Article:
Campbell Webster planned to leave today with his father’s bagpipes — the exact set his dad used to play before Queen Elizabeth every day for five years — for a competition with the world’s top bagpipers in Scotland.
But after a weekend competition in Canada, the Concord teenager watched the U.S. Border Patrol in Vermont seize his instrument along with his friend’s on Sunday because parts contained ivory.
“I did take those same pipes to Canada and back in February to play at my grandmother’s funeral and had no problem at all,” the teenager said Monday.
“They’re saying we’re not going to get them back,” Lezlie Webster, Campbell’s mother, said Monday afternoon. “Really devastating.” That all changed a few hours later, when Mrs. Webster heard from a U.S. Fish and Wildlife official that the bagpipes would be released overnight or today.
“This story has a happy ending,” she said Monday night.
The two teenagers had carried certificates from the U.S. Fish and Wildlife Service to verify the ivory wasn’t taken after a ban was enacted in the 1970s.
The two teens, including Eric Bean, 17, of Londonderry, and family members spent the night Sunday in Vermont, so they could try to get their instruments back Monday from the border crossing at Highgate Springs, Vt., before the teens flew to Scotland today.
But the news wasn’t promising.
Campbell, 17, had decided he would have to use an instrument offered by a company in the United Kingdom.
“Every thing is pretty much judged on your sound when you are competing,” he said. “These are such outstanding bagpipes...”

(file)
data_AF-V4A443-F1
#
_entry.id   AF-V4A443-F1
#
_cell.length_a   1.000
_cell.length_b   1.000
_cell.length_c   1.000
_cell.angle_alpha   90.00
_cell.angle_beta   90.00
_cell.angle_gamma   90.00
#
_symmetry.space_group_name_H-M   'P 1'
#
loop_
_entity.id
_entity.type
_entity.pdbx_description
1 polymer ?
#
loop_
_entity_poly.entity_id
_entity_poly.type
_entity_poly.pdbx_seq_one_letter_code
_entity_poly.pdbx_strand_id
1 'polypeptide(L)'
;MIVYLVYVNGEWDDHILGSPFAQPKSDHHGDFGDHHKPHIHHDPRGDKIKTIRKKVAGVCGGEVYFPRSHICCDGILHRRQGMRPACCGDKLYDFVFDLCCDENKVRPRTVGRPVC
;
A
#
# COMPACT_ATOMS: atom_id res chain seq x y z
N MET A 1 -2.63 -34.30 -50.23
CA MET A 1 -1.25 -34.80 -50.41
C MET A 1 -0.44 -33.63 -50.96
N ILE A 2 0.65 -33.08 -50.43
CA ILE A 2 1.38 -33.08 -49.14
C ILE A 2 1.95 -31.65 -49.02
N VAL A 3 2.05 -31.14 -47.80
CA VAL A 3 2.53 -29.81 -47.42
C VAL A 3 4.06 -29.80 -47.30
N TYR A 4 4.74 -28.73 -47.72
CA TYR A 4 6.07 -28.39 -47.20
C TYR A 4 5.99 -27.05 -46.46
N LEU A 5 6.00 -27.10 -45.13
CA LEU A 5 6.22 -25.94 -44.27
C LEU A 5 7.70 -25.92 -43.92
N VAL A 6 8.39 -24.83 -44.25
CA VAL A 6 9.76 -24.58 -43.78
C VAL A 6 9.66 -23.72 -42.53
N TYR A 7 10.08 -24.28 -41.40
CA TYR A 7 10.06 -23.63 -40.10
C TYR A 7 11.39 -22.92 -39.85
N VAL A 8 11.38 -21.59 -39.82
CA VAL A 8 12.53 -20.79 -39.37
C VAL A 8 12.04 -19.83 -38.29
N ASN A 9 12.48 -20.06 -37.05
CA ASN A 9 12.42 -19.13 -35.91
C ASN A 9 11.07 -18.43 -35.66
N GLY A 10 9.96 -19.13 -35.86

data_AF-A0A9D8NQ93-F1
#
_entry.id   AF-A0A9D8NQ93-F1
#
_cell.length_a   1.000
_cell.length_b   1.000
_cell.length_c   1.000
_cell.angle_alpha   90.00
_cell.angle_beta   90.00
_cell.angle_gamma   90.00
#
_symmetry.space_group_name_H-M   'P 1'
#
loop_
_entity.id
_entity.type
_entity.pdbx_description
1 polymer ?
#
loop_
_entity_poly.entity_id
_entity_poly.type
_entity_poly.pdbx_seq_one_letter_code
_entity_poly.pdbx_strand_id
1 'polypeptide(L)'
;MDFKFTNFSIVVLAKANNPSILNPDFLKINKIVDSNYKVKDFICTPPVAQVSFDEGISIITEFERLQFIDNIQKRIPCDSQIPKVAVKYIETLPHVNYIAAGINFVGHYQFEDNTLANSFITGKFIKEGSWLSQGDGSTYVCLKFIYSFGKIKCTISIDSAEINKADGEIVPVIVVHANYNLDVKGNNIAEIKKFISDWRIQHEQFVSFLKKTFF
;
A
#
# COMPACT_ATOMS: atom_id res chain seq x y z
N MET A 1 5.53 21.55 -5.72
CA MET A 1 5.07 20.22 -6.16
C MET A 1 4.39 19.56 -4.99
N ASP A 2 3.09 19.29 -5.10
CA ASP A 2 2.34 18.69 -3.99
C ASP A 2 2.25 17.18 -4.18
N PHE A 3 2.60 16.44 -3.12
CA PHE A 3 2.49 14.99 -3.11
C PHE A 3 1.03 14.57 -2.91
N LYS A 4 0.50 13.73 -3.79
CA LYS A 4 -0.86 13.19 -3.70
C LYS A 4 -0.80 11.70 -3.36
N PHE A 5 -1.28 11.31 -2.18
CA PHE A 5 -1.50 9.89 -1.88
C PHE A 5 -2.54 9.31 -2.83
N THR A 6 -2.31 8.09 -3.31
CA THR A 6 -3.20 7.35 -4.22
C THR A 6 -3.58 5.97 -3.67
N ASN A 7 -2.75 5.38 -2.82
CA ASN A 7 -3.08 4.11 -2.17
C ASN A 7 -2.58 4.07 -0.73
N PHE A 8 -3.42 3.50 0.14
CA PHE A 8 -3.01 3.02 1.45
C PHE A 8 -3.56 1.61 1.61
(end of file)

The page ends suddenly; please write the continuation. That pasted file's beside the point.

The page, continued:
The Webster family contacted Sen. Jeanne Shaheen’s office, who promised to try to resolve the issue.
“Our office is in touch with the families and the appropriate federal agencies. We’re hoping for an expedited solution,” said Shaheen Press Secretary Elizabeth Keningsberg.
Attempts were unsuccessful to reach U.S. Customs and Border Protection and U.S. Fish and Wildlife, which issued the certificate verifying the ivory’s date.
Last Wednesday, the day before the Websters headed to Canada, Mrs. Webster found out she might have needed an amended form of some sort that she couldn’t obtain in time and was warned the bagpipes could be seized.
Campbell Webster’s antique bagpipes were manufactured in 1936 in Scotland and belonged to his father, Gordon Webster, 55, a renowned bagpiper who was 9th Sovereign Piper to her Majesty the Queen of England Elizabeth II and former Pipe Major of the Scotch Guard 1st and 2nd Battalion.
“I have been all over the world and never had a problem with people taking my bagpipes,” Gordon Webster said.
The Webster bagpipes are worth about $10,000, although Mr. Webster said they will always remain in the family.
Union Leader Staff Writer Pat Grossmith contributed to this report.